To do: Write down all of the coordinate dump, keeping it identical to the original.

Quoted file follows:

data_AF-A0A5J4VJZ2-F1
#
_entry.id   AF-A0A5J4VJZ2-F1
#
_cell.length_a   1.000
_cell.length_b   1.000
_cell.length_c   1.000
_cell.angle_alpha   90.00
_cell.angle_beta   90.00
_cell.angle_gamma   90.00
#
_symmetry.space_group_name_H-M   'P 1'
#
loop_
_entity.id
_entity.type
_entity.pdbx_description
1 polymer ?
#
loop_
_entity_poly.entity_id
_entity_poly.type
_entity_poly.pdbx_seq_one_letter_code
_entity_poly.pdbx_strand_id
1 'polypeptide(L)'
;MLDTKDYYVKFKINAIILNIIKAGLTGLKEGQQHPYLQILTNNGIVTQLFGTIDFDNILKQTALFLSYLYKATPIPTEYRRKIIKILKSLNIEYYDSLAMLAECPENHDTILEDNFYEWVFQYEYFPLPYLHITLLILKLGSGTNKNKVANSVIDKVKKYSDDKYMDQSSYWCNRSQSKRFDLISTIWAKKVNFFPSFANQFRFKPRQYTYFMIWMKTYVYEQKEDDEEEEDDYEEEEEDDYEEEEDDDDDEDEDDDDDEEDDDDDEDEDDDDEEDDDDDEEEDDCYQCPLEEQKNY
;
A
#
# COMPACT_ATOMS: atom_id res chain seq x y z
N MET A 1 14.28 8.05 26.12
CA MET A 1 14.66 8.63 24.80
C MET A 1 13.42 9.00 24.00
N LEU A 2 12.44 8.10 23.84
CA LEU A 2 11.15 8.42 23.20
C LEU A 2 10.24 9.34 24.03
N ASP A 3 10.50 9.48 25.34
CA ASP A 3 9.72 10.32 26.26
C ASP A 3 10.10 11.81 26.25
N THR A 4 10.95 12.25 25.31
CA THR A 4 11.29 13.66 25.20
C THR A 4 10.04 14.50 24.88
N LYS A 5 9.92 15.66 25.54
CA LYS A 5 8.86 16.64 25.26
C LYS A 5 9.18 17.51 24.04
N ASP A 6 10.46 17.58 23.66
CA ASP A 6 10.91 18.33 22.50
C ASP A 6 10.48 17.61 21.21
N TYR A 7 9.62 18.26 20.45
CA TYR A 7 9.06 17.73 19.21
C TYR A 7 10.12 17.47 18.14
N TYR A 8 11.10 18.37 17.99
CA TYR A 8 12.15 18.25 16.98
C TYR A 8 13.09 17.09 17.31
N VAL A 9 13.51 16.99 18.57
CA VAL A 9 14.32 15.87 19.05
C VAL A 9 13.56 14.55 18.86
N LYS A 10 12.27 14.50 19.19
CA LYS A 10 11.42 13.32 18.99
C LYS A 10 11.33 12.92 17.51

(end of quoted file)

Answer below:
data_AF-A0A5J4VJZ2-F1
#
_entry.id   AF-A0A5J4VJZ2-F1
#
_cell.length_a   1.000
_cell.length_b   1.000
_cell.length_c   1.000
_cell.angle_alpha   90.00
_cell.angle_beta   90.00
_cell.angle_gamma   90.00
#
_symmetry.space_group_name_H-M   'P 1'
#
loop_
_entity.id
_entity.type
_entity.pdbx_description
1 polymer ?
#
loop_
_entity_poly.entity_id
_entity_poly.type
_entity_poly.pdbx_seq_one_letter_code
_entity_poly.pdbx_strand_id
1 'polypeptide(L)'
;MLDTKDYYVKFKINAIILNIIKAGLTGLKEGQQHPYLQILTNNGIVTQLFGTIDFDNILKQTALFLSYLYKATPIPTEYRRKIIKILKSLNIEYYDSLAMLAECPENHDTILEDNFYEWVFQYEYFPLPYLHITLLILKLGSGTNKNKVANSVIDKVKKYSDDKYMDQSSYWCNRSQSKRFDLISTIWAKKVNFFPSFANQFRFKPRQYTYFMIWMKTYVYEQKEDDEEEEDDYEEEEEDDYEEEEDDDDDEDEDDDDDEEDDDDDEDEDDDDEEDDDDDEEEDDCYQCPLEEQKNY
;
A
#
# COMPACT_ATOMS: atom_id res chain seq x y z
N MET A 1 14.28 8.05 26.12
CA MET A 1 14.66 8.63 24.80
C MET A 1 13.42 9.00 24.00
N LEU A 2 12.44 8.10 23.84
CA LEU A 2 11.15 8.42 23.20
C LEU A 2 10.24 9.34 24.03
N ASP A 3 10.50 9.48 25.34
CA ASP A 3 9.72 10.32 26.26
C ASP A 3 10.10 11.81 26.25
N THR A 4 10.95 12.25 25.31
CA THR A 4 11.29 13.66 25.20
C THR A 4 10.04 14.50 24.88
N LYS A 5 9.92 15.66 25.54
CA LYS A 5 8.86 16.64 25.26
C LYS A 5 9.18 17.51 24.04
N ASP A 6 10.46 17.58 23.66
CA ASP A 6 10.91 18.33 22.50
C ASP A 6 10.48 17.61 21.21
N TYR A 7 9.62 18.26 20.45
CA TYR A 7 9.06 17.73 19.21
C TYR A 7 10.12 17.47 18.14
N TYR A 8 11.10 18.37 17.99
CA TYR A 8 12.15 18.25 16.98
C TYR A 8 13.09 17.09 17.31
N VAL A 9 13.51 16.99 18.57
CA VAL A 9 14.32 15.87 19.05
C VAL A 9 13.56 14.55 18.86
N LYS A 10 12.27 14.50 19.19
CA LYS A 10 11.42 13.32 18.99
C LYS A 10 11.33 12.92 17.51